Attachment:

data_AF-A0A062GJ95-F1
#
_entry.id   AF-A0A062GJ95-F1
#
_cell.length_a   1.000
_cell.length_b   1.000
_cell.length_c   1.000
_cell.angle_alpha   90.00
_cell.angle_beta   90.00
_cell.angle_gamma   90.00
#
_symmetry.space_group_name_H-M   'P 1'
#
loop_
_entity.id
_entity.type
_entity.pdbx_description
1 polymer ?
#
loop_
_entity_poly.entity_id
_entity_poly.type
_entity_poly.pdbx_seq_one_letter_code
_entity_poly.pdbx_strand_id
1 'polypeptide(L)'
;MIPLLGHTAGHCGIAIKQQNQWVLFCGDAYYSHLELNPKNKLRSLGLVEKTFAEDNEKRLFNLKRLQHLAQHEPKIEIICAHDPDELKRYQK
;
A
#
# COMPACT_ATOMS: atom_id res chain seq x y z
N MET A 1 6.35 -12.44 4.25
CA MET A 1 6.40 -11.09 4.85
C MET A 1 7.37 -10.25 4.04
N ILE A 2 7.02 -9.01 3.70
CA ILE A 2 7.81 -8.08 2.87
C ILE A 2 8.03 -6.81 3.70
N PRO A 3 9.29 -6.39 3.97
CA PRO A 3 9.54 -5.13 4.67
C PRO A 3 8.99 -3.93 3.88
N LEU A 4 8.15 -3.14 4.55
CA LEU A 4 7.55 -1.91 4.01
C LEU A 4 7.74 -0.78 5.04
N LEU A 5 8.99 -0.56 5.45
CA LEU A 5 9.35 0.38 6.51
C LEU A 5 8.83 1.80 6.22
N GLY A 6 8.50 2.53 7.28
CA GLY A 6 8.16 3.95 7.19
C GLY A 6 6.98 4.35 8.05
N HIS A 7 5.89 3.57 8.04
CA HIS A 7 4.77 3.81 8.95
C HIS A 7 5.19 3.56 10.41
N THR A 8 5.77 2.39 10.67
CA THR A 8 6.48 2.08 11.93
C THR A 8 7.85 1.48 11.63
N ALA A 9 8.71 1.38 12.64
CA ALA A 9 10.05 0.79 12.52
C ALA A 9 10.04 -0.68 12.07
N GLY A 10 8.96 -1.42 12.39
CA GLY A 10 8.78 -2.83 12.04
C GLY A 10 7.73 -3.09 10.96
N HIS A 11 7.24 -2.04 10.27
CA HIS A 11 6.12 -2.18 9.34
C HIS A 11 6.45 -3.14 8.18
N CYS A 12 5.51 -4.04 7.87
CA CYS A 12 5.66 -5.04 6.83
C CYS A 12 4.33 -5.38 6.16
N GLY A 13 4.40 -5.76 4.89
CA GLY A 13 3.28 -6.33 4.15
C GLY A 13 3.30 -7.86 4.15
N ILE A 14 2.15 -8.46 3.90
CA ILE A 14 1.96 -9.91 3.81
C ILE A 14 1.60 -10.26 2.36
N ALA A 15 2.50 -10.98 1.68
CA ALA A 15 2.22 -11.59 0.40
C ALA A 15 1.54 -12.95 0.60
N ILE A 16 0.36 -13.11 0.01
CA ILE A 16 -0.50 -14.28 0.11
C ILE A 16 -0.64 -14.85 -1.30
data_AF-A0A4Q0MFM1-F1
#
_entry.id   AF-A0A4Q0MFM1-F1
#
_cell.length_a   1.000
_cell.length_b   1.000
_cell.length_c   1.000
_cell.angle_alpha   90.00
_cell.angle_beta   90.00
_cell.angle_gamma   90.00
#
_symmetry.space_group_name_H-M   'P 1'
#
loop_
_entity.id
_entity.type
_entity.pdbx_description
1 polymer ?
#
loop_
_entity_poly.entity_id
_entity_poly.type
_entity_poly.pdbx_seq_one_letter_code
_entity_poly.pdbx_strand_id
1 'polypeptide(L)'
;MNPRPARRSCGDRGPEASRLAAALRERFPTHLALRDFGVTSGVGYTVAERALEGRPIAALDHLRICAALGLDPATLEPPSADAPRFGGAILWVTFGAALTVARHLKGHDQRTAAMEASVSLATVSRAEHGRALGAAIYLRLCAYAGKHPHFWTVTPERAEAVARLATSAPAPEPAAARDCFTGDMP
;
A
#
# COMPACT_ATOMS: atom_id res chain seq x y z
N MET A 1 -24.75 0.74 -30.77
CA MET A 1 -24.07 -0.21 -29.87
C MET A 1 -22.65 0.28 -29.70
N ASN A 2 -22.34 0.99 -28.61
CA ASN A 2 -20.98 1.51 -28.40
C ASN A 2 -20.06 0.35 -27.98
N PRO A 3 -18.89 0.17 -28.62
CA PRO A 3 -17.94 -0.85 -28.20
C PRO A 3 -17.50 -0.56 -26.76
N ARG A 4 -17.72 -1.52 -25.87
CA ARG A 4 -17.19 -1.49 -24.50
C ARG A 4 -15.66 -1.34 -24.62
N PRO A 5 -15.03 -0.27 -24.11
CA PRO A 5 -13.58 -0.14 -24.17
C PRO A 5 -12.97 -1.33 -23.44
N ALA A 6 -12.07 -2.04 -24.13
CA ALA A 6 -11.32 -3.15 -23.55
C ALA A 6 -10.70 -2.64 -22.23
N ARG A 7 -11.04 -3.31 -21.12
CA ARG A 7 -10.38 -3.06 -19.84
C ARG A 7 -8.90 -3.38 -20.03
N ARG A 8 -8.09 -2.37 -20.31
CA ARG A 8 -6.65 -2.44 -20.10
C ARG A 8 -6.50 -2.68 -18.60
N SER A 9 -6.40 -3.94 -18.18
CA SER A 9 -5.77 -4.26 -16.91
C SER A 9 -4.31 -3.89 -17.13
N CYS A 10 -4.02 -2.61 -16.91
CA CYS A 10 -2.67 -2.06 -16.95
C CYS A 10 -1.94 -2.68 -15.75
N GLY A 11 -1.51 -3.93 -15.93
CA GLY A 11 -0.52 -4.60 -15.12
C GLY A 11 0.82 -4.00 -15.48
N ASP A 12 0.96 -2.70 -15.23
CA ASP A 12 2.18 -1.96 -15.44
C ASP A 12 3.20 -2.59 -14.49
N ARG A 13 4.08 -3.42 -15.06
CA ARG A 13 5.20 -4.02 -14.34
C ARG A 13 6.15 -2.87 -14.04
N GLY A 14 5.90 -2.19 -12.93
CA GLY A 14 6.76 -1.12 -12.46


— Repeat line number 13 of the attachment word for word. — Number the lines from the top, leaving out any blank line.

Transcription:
#